This image was posted at reddit with the label When Libraries Troll Their Patrons. We've all been there, trying to find a book when we recall neither the title nor the author. Commenters started telling tales about working in book stores or libraries, or getting embarrassed by being that patron with the wonky memory. Librarians and book store workers want to help, and they consider it a challenge to find that one book you can't identify, if they have the time. Then starstarstar42 told his story.
To all bookstore employees that take the time to help... thank you.
35 y.o. me walked into a bookstore after WEEKS searching on the web for the first book my now deceased mom let me pick out on my own. Thing is, 3 y.o. me was really mad at her for some reason that day and I did not want to pick out a stupid book! I cried all the way home because she made me do so.
That night she tucked me in (me, still very mad) and read me that book. I f-----g hated the story. I f-----g hated the mouse that starred in it. I f-----g hated the colors when she showed me the pictures. I f-----g hated that book, period. At the end, my mom kissed me and smiled as she smoothed back my hair. Looking back so many decades later I understand now that her love for me was dancing in her eyes as if to say, "be mad all you want, little man of mine. I can never stop loving you. You are my world".
30 years later and I was stoically mourning my mom's death when, for no reason I can explain, I remembered that book.
I wanted it. I wanted more than anything else in my life to find it. To see the mouse in it again, to hold the cover, to bring that small part, that tiny memory of her, back into my life.
Weeks on Google. All I could remember were hazy faded images of a mouse. I searched "mouse story" on Google. 2.8 million hits. It wasn't in the first 20 pages of 100 hits-per-page results. I kept trying till one night I furiously slammed my fist on my desk and gave up. I had nothing else to go on. I was unnaturally angry and upset at myself that evening; feeling I'd let her down again, as I'd done more than once when she was still around. I barely got any sleep that night.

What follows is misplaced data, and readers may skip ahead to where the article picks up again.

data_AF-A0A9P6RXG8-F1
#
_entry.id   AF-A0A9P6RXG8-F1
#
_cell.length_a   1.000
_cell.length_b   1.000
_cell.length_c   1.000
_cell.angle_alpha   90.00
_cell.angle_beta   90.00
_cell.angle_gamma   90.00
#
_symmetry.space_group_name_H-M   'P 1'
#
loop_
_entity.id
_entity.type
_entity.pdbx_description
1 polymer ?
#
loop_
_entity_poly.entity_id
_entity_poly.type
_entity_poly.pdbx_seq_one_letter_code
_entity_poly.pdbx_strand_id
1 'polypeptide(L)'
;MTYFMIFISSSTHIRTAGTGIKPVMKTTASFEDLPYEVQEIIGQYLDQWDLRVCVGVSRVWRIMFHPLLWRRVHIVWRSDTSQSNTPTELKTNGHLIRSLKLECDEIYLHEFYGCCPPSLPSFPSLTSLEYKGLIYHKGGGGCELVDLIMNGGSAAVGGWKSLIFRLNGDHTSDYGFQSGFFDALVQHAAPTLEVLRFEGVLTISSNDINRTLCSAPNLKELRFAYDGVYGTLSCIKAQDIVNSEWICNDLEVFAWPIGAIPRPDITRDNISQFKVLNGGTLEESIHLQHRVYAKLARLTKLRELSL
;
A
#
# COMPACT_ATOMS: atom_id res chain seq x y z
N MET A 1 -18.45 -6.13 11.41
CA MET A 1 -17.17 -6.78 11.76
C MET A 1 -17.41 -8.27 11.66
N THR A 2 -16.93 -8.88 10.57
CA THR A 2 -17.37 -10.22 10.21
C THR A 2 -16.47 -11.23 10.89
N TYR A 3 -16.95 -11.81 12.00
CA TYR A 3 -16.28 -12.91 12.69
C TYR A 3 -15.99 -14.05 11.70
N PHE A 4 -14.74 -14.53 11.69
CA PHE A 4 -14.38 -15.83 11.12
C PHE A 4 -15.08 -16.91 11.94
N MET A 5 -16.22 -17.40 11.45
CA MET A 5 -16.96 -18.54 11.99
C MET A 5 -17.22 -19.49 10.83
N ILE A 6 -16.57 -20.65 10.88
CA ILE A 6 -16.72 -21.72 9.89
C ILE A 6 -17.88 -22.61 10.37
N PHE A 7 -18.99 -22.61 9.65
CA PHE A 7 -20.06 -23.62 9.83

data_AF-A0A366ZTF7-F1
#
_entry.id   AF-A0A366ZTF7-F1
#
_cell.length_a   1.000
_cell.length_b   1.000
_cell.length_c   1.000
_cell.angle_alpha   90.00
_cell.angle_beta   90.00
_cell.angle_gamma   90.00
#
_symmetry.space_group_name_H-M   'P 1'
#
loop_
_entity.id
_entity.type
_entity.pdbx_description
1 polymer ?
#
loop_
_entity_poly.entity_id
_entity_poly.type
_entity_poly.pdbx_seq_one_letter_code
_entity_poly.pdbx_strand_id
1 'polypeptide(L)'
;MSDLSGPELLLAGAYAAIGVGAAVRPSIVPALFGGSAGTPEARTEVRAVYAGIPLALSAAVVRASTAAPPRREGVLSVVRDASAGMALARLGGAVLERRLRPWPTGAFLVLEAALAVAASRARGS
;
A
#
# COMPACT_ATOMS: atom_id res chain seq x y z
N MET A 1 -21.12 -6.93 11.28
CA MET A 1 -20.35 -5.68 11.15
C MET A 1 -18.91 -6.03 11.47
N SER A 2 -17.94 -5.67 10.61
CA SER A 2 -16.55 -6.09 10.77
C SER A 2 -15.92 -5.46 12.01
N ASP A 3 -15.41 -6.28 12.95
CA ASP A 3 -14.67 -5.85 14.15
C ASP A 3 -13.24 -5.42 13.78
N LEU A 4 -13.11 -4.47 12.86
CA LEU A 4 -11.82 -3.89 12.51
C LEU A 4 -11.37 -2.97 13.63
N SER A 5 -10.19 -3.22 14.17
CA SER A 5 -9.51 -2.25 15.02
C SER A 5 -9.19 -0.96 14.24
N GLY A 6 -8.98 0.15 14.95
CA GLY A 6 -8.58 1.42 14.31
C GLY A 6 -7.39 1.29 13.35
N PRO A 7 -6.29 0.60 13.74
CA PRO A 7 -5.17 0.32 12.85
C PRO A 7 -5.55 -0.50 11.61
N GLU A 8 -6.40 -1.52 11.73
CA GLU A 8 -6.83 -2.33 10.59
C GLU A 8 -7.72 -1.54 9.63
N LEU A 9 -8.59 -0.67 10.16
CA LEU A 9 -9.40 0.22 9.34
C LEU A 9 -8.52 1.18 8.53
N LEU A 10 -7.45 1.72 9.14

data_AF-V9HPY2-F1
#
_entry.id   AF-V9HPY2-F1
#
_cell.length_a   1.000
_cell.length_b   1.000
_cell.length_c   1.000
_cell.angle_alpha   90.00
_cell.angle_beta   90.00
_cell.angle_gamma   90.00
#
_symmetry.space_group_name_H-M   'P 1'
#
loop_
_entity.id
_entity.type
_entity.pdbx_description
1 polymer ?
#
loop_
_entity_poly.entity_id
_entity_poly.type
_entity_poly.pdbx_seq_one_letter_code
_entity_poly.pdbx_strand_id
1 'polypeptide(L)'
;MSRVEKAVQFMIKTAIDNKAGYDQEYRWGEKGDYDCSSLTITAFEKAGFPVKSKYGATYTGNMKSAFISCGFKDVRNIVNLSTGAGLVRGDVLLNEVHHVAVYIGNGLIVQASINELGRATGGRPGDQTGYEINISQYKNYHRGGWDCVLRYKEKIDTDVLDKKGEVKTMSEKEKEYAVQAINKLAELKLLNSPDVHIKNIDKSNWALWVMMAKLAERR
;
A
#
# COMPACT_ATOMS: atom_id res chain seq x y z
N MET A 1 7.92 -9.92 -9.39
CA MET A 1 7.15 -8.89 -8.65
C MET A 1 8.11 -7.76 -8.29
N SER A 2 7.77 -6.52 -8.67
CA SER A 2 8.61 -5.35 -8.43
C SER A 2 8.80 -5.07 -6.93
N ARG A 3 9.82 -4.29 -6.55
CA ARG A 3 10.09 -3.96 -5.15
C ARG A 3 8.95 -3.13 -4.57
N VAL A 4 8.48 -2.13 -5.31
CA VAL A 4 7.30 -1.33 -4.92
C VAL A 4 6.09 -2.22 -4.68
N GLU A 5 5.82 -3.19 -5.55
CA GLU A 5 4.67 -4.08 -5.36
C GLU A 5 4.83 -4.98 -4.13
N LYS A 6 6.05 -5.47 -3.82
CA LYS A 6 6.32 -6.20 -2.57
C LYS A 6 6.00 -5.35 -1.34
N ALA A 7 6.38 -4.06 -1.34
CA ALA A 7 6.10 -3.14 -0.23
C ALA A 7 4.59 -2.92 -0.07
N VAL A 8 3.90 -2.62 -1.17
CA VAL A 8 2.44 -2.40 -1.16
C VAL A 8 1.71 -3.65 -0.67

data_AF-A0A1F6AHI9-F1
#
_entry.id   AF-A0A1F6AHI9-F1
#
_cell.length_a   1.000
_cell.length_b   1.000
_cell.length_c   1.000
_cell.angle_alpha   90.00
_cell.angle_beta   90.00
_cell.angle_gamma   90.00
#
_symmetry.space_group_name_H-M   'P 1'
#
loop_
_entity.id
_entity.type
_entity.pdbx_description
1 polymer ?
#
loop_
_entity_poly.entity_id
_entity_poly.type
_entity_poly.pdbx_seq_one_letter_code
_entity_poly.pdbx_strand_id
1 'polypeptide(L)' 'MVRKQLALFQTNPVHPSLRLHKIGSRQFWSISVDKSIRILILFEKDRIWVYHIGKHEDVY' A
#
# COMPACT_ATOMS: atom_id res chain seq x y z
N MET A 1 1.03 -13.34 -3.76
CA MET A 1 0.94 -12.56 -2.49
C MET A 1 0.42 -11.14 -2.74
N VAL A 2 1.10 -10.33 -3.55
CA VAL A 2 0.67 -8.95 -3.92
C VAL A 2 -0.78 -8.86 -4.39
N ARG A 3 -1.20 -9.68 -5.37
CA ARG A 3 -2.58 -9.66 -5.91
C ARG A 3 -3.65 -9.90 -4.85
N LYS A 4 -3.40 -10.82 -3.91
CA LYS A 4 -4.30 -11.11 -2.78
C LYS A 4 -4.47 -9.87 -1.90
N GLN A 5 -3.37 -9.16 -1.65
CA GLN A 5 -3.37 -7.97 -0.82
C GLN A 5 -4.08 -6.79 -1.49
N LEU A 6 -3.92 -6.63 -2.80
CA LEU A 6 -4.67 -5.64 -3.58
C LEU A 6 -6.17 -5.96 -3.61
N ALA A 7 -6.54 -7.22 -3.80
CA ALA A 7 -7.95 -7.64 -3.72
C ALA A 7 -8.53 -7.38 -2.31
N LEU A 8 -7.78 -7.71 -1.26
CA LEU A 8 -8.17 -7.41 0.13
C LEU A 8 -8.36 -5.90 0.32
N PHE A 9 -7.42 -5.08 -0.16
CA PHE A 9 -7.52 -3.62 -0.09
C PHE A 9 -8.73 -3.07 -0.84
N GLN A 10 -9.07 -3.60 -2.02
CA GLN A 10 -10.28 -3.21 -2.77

A week later and I'm driving past a mom & pop bookstore/vinyl record shop. With little hope, I went in and bashfully asked the question that my mind knew was stupid, but had to be said.
"I'm looking for a book. It's about a mouse. I'm so sorry, that's all I remember. Can you help me?" I didn't even tell her why this meant so much to me.
The owner, a nice lady in her 50's, spent an hour helping me. She suddenly turned into a combination of "Monk" and "Sherlock". How old was I now, how old when I read it? Was the book wider than it was tall? What colors in it did I remember? Any other characters that I could remember? Most of the answers to her questions were "I can't remember".
She found it. "Scuttle the Stowaway Mouse" by Jean Soule. It had been out of print for decades, but she found a pristine copy of it online, ordered it for me and it got to me 48 hours later. $32 she made on that sale. Not even enough to pay to keep the lights turned on in their shop for a day I bet.
Got home, opened the book, my hands softly running over the cover as if it was my mom's face. I was unashamedly weeping bittersweet tears by the first page. Each word was like a kiss on a mad little 3 y.o. boy's forehead.
I miss my mother with my whole heart.
Thank you, bookstore lady. Thank you beyond words.
Please pass the tissues. -via reddit